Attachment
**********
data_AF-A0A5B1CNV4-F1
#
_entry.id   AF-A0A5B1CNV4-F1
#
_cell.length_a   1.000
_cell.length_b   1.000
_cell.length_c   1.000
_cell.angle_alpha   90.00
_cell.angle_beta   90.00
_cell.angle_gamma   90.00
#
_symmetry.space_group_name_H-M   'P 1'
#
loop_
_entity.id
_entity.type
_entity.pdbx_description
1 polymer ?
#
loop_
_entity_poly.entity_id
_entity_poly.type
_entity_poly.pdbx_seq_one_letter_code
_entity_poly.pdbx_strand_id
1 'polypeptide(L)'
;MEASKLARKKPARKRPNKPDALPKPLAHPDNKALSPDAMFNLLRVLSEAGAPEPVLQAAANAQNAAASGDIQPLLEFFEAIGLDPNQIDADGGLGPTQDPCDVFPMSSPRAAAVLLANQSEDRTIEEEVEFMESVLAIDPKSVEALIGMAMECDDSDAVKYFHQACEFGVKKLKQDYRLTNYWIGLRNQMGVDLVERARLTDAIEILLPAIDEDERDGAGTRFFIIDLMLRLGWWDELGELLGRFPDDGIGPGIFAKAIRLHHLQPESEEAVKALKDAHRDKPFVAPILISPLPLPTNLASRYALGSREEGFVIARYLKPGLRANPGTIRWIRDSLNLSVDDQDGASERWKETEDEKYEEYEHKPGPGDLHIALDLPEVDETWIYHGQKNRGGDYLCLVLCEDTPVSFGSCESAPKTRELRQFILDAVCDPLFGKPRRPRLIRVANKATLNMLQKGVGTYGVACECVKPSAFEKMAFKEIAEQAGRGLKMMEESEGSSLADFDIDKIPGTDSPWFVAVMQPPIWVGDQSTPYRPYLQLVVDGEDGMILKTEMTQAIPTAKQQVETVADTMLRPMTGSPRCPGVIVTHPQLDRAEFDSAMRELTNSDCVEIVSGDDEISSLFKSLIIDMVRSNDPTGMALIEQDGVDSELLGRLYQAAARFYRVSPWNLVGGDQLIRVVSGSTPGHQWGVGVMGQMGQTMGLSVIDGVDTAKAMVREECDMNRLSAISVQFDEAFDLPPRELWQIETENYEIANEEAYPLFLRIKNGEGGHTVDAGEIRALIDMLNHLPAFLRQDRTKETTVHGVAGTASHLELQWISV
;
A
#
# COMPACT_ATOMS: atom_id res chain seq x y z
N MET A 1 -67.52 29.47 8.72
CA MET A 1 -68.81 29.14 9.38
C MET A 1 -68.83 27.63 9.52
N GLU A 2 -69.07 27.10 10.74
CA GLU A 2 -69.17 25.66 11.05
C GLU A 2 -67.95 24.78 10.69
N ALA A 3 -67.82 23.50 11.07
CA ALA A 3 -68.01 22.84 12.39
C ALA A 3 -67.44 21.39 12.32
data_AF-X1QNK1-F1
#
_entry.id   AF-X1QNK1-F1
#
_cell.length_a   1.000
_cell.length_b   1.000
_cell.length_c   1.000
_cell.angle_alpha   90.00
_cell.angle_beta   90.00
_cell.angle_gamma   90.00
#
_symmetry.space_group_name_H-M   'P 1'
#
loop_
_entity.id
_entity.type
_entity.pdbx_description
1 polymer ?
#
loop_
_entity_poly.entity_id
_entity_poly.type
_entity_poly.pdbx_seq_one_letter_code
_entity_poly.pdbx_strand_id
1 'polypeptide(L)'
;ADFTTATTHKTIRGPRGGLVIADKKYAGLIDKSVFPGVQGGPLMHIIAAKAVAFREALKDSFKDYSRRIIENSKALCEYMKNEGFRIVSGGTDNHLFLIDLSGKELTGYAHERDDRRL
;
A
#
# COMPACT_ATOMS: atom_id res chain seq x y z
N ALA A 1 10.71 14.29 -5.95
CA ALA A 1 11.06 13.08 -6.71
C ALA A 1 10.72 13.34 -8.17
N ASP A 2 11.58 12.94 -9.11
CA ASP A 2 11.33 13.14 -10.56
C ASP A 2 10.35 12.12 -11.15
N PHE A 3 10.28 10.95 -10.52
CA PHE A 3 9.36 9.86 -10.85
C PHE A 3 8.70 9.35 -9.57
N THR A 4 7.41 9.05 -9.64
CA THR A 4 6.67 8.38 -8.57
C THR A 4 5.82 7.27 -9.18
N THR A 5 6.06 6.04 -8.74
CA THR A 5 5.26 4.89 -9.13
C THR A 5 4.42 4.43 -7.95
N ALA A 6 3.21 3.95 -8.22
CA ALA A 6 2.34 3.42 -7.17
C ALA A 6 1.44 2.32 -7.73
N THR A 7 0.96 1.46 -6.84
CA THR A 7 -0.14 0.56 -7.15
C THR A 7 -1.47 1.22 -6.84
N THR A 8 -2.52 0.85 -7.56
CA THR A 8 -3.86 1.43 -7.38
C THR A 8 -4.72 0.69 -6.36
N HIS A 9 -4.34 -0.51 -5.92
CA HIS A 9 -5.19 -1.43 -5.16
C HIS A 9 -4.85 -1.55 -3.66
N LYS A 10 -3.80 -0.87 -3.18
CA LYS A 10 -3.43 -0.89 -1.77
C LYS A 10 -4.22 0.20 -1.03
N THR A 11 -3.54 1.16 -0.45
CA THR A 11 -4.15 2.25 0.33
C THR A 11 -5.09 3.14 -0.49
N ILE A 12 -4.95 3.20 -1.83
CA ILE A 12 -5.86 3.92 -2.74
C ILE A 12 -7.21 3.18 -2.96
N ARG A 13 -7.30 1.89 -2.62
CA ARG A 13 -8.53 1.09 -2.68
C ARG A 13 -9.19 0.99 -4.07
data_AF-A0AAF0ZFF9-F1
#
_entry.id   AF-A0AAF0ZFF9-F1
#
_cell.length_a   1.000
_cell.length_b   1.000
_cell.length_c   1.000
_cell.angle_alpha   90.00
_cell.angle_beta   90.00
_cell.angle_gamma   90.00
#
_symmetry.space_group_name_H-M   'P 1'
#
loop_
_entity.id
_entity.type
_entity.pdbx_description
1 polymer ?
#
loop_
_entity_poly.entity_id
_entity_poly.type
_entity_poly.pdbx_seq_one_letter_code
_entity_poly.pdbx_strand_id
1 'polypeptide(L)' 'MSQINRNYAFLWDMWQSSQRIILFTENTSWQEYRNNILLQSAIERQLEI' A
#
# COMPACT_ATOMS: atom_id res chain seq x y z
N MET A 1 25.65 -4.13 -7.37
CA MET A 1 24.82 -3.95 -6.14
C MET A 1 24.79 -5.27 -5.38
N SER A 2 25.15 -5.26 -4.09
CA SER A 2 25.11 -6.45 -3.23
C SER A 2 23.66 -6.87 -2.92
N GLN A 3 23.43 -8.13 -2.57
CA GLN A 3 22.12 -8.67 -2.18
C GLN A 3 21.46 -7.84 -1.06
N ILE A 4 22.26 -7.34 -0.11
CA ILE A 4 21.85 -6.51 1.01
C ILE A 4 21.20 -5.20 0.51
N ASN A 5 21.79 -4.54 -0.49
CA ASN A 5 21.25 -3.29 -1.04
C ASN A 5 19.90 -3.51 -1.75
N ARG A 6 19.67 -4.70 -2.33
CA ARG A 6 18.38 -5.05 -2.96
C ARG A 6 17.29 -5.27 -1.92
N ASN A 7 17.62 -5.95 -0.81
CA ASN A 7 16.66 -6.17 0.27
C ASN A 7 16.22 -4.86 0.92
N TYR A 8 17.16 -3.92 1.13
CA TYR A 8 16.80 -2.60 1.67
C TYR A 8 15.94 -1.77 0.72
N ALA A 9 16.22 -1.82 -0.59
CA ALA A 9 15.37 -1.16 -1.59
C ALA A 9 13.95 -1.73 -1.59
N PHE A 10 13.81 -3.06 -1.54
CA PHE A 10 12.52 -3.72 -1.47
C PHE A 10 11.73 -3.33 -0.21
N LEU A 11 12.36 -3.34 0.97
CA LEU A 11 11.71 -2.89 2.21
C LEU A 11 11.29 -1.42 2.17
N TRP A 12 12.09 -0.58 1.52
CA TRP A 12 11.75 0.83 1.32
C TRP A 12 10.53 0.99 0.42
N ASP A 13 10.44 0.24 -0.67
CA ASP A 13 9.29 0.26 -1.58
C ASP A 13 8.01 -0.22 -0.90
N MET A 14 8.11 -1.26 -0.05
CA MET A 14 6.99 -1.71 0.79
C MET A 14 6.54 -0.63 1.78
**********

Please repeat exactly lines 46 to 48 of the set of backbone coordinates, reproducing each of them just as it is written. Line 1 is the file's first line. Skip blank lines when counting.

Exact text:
_cell.length_c   1.000
_cell.angle_alpha   90.00
_cell.angle_beta   90.00